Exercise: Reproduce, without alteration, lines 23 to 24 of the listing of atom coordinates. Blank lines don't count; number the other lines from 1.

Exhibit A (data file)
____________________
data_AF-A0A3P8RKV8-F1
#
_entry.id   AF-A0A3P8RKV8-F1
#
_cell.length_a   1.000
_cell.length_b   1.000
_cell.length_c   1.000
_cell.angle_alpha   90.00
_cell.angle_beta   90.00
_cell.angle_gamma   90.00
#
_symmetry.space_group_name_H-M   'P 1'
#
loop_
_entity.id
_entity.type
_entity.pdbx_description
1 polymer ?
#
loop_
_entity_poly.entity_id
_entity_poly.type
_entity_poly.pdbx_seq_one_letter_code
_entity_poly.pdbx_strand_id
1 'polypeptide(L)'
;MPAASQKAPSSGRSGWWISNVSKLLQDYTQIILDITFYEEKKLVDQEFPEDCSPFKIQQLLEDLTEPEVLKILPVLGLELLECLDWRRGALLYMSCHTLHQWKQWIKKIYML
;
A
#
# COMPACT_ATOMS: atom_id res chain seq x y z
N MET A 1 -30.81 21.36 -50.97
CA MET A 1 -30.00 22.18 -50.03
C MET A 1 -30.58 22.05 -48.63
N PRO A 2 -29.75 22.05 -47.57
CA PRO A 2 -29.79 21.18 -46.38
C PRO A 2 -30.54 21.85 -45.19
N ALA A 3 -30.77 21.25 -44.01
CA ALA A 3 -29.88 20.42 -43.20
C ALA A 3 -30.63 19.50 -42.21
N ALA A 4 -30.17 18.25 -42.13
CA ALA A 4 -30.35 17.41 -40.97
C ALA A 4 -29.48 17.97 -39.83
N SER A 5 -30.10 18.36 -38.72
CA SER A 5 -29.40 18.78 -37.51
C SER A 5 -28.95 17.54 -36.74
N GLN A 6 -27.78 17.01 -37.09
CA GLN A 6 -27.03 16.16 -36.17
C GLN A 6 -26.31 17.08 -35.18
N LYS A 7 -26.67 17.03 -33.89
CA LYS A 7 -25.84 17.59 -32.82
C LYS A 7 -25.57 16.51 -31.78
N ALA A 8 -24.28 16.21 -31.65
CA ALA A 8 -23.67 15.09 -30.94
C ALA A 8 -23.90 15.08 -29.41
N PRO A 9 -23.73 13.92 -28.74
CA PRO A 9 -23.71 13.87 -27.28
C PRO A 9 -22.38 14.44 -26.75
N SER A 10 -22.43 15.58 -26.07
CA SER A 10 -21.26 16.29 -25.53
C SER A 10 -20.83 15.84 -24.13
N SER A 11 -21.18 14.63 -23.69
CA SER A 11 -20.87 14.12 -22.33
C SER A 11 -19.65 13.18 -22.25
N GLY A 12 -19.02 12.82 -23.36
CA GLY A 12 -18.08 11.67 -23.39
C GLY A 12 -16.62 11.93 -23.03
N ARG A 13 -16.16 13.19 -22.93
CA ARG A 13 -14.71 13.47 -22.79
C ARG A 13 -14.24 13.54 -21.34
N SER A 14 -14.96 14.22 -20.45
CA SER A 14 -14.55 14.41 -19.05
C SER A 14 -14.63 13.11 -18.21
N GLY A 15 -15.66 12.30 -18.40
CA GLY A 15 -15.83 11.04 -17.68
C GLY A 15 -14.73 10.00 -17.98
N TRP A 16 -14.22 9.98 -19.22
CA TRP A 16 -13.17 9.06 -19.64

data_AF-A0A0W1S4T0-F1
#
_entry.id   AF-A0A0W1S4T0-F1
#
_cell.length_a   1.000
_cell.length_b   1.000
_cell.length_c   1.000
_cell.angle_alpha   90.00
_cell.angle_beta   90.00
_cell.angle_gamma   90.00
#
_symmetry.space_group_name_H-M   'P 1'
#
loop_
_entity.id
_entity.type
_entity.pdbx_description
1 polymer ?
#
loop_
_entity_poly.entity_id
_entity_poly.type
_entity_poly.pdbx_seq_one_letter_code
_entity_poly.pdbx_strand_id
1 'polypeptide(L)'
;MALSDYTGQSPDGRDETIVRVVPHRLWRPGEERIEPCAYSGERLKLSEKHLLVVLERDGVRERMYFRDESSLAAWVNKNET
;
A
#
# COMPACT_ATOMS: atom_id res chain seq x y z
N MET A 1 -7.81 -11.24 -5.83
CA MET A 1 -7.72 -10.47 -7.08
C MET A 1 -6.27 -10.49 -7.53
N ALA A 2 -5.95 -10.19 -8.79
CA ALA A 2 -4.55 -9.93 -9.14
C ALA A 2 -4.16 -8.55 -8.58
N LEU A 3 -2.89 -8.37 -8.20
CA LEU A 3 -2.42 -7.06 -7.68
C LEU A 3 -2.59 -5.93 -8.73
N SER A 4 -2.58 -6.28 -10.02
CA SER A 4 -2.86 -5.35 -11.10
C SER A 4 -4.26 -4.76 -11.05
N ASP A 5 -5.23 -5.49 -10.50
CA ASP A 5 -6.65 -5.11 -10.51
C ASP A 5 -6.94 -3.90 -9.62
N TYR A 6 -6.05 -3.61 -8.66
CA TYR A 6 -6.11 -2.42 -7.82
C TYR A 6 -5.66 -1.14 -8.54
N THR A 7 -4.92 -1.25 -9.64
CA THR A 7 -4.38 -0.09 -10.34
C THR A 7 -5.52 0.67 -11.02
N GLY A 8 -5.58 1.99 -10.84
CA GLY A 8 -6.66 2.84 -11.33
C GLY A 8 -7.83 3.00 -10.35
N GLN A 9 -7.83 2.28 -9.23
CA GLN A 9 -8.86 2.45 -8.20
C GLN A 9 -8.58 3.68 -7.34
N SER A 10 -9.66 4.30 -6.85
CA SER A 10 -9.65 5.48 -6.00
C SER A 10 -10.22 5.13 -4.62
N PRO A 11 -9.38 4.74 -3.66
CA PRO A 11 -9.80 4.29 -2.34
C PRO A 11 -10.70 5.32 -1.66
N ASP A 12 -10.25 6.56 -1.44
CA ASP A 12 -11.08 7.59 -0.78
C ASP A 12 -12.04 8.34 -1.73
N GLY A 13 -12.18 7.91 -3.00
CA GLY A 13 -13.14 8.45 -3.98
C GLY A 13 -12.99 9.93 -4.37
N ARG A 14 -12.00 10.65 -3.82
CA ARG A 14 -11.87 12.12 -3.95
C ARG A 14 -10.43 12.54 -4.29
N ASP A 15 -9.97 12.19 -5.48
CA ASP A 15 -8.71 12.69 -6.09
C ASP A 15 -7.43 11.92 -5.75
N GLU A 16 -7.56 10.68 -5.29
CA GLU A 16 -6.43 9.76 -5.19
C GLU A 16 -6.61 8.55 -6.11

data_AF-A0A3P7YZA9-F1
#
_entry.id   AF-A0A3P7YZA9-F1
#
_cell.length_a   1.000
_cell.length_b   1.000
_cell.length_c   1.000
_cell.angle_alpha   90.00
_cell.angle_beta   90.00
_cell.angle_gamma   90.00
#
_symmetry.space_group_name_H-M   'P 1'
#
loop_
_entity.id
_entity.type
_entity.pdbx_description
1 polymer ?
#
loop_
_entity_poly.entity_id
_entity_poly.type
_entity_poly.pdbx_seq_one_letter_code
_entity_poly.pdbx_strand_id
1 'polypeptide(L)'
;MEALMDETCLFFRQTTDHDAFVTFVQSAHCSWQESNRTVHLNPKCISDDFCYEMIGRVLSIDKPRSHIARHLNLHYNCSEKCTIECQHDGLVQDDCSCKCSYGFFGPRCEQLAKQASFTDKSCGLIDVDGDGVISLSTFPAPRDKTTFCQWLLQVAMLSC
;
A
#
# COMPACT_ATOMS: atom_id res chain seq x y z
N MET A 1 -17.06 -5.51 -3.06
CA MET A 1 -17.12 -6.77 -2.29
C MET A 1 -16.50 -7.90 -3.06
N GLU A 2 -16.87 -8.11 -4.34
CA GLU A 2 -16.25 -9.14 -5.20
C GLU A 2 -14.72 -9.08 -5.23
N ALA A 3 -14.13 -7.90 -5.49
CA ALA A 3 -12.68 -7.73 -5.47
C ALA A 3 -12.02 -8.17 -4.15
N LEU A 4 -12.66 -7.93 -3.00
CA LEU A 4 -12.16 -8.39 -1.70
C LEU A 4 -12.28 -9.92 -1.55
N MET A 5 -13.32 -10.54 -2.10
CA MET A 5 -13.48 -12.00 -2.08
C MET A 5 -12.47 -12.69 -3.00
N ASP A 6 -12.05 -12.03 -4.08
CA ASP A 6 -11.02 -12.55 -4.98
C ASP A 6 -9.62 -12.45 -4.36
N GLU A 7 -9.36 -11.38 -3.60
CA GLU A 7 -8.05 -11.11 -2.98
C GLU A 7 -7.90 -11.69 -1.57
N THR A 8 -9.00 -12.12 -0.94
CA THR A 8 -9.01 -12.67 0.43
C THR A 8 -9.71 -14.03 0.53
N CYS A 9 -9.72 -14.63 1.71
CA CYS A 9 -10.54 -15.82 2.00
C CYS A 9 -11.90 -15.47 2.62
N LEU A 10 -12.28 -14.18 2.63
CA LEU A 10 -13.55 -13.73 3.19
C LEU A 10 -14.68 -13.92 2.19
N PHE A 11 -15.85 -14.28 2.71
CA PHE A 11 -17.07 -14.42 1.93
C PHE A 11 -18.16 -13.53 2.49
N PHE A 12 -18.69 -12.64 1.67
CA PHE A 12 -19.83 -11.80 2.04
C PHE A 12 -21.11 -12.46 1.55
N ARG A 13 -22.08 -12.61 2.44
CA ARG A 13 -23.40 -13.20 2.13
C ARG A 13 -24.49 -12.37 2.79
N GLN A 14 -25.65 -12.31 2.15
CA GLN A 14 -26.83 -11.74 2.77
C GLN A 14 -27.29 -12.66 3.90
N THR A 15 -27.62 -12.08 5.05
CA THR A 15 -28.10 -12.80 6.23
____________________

_entity_poly.pdbx_seq_one_letter_code
_entity_poly.pdbx_strand_id